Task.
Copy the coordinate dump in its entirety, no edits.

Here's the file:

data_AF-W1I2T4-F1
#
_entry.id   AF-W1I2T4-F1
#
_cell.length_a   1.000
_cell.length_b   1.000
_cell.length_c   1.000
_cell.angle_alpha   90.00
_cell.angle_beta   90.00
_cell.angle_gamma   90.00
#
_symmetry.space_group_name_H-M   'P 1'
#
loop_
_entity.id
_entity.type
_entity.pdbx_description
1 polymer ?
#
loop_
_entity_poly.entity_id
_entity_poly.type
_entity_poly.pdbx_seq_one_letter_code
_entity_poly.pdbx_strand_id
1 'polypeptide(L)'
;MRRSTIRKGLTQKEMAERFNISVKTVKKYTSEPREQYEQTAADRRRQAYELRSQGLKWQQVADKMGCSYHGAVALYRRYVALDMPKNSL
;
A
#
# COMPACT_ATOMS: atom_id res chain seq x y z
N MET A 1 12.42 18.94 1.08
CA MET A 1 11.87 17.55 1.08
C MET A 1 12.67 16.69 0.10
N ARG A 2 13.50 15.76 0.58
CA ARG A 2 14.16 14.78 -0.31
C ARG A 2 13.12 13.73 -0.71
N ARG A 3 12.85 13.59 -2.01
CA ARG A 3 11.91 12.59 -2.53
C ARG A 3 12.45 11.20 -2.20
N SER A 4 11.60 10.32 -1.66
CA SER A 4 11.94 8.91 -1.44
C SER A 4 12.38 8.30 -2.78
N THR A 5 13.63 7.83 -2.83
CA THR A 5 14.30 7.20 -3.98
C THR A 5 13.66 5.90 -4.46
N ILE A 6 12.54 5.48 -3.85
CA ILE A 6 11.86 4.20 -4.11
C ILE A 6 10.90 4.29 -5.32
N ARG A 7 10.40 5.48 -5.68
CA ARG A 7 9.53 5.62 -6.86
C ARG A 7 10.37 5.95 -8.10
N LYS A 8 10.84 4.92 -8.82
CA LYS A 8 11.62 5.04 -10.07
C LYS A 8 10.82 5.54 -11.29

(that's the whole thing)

data_AF-W1I2T4-F1
#
_entry.id   AF-W1I2T4-F1
#
_cell.length_a   1.000
_cell.length_b   1.000
_cell.length_c   1.000
_cell.angle_alpha   90.00
_cell.angle_beta   90.00
_cell.angle_gamma   90.00
#
_symmetry.space_group_name_H-M   'P 1'
#
loop_
_entity.id
_entity.type
_entity.pdbx_description
1 polymer ?
#
loop_
_entity_poly.entity_id
_entity_poly.type
_entity_poly.pdbx_seq_one_letter_code
_entity_poly.pdbx_strand_id
1 'polypeptide(L)'
;MRRSTIRKGLTQKEMAERFNISVKTVKKYTSEPREQYEQTAADRRRQAYELRSQGLKWQQVADKMGCSYHGAVALYRRYVALDMPKNSL
;
A
#
# COMPACT_ATOMS: atom_id res chain seq x y z
N MET A 1 12.42 18.94 1.08
CA MET A 1 11.87 17.55 1.08
C MET A 1 12.67 16.69 0.10
N ARG A 2 13.50 15.76 0.58
CA ARG A 2 14.16 14.78 -0.31
C ARG A 2 13.12 13.73 -0.71
N ARG A 3 12.85 13.59 -2.01
CA ARG A 3 11.91 12.59 -2.53
C ARG A 3 12.45 11.20 -2.20
N SER A 4 11.60 10.32 -1.66
CA SER A 4 11.94 8.91 -1.44
C SER A 4 12.38 8.30 -2.78
N THR A 5 13.63 7.83 -2.83
CA THR A 5 14.30 7.20 -3.98
C THR A 5 13.66 5.90 -4.46
N ILE A 6 12.54 5.48 -3.85
CA ILE A 6 11.86 4.20 -4.11
C ILE A 6 10.90 4.29 -5.32
N ARG A 7 10.40 5.48 -5.68
CA ARG A 7 9.53 5.62 -6.86
C ARG A 7 10.37 5.95 -8.10
N LYS A 8 10.84 4.92 -8.82
CA LYS A 8 11.62 5.04 -10.07
C LYS A 8 10.82 5.54 -11.29